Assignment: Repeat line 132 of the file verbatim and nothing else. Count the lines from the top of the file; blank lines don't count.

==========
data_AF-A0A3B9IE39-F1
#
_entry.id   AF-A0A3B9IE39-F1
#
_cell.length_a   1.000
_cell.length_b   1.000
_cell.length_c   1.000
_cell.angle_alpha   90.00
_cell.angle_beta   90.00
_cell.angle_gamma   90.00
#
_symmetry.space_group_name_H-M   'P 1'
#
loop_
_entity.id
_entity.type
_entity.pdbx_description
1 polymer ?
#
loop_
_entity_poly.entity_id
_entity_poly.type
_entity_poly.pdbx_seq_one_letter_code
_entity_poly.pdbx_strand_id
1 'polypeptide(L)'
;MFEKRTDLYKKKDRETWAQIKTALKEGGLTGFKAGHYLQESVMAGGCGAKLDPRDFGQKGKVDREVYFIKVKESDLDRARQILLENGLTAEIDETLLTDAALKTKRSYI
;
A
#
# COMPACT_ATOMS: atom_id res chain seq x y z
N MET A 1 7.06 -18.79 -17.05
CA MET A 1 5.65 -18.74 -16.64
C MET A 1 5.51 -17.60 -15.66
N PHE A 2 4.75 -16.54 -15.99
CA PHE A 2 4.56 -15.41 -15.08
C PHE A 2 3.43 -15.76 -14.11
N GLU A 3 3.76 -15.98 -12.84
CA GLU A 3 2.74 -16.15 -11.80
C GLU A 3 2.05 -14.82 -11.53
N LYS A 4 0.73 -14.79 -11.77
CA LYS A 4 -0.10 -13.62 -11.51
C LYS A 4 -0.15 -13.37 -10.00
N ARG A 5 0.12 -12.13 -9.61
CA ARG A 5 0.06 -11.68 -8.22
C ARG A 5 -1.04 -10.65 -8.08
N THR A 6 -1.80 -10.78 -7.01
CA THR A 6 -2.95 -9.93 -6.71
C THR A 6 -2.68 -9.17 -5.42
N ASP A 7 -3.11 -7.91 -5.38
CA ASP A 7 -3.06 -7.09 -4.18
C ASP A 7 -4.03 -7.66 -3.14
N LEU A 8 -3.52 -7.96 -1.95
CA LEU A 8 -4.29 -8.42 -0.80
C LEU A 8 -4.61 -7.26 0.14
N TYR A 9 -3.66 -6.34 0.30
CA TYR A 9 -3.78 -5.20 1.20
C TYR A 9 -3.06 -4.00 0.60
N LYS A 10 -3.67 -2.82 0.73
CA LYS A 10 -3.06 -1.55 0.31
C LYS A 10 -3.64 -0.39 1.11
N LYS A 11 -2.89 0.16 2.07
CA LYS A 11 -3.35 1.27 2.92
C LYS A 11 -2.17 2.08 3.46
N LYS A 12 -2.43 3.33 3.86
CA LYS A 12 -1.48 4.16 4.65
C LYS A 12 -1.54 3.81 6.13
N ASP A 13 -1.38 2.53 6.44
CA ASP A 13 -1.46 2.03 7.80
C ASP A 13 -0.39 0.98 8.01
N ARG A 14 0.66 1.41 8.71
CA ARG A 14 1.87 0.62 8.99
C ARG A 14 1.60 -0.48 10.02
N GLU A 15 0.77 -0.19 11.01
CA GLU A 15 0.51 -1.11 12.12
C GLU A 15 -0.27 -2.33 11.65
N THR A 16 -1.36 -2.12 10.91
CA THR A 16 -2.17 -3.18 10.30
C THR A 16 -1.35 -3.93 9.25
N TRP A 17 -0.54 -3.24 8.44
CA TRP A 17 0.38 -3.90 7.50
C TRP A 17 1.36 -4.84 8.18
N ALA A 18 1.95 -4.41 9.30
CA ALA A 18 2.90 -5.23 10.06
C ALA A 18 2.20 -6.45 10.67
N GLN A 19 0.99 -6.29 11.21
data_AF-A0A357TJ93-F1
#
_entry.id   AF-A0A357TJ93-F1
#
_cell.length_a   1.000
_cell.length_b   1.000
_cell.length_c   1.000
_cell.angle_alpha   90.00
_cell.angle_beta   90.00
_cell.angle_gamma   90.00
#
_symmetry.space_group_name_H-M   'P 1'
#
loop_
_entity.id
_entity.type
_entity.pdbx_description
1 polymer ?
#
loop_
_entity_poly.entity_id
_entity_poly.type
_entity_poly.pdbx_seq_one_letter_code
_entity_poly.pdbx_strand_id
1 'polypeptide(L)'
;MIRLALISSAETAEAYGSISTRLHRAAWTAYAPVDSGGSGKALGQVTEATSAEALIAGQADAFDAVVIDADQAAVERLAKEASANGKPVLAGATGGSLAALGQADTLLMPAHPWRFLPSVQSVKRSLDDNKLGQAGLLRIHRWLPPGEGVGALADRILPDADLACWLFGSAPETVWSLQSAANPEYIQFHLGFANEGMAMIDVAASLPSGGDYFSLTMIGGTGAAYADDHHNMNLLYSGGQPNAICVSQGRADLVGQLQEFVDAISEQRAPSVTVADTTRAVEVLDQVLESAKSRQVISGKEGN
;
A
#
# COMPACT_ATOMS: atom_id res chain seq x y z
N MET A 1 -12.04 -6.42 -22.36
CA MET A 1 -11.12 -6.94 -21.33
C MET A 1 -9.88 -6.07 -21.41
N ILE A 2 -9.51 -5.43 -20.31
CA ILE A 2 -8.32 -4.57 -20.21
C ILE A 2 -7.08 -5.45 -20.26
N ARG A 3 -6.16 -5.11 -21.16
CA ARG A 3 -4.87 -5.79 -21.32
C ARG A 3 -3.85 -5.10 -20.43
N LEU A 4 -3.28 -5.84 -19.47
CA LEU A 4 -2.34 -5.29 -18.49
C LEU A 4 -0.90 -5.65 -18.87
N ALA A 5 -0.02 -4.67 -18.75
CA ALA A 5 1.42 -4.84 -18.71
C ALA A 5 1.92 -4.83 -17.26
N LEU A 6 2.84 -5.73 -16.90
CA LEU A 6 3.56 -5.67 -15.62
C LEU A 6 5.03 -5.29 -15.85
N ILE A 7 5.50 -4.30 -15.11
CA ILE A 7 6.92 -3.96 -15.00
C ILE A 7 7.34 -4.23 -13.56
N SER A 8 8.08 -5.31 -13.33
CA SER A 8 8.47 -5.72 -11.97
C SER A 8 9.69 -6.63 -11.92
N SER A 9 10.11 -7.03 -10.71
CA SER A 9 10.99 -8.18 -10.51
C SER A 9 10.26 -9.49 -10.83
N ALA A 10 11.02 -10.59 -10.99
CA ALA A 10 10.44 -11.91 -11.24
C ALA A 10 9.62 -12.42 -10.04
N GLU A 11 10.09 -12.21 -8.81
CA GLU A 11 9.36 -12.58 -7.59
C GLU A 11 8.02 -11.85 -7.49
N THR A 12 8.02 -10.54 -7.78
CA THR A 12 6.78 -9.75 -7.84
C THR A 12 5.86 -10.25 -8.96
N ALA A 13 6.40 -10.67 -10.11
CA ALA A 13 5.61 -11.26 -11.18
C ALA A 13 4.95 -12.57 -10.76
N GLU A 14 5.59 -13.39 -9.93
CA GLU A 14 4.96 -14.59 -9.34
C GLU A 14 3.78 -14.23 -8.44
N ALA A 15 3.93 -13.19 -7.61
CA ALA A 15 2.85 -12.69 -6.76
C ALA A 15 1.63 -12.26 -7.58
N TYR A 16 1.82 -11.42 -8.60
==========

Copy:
CA LEU A 6 3.56 -5.67 -15.62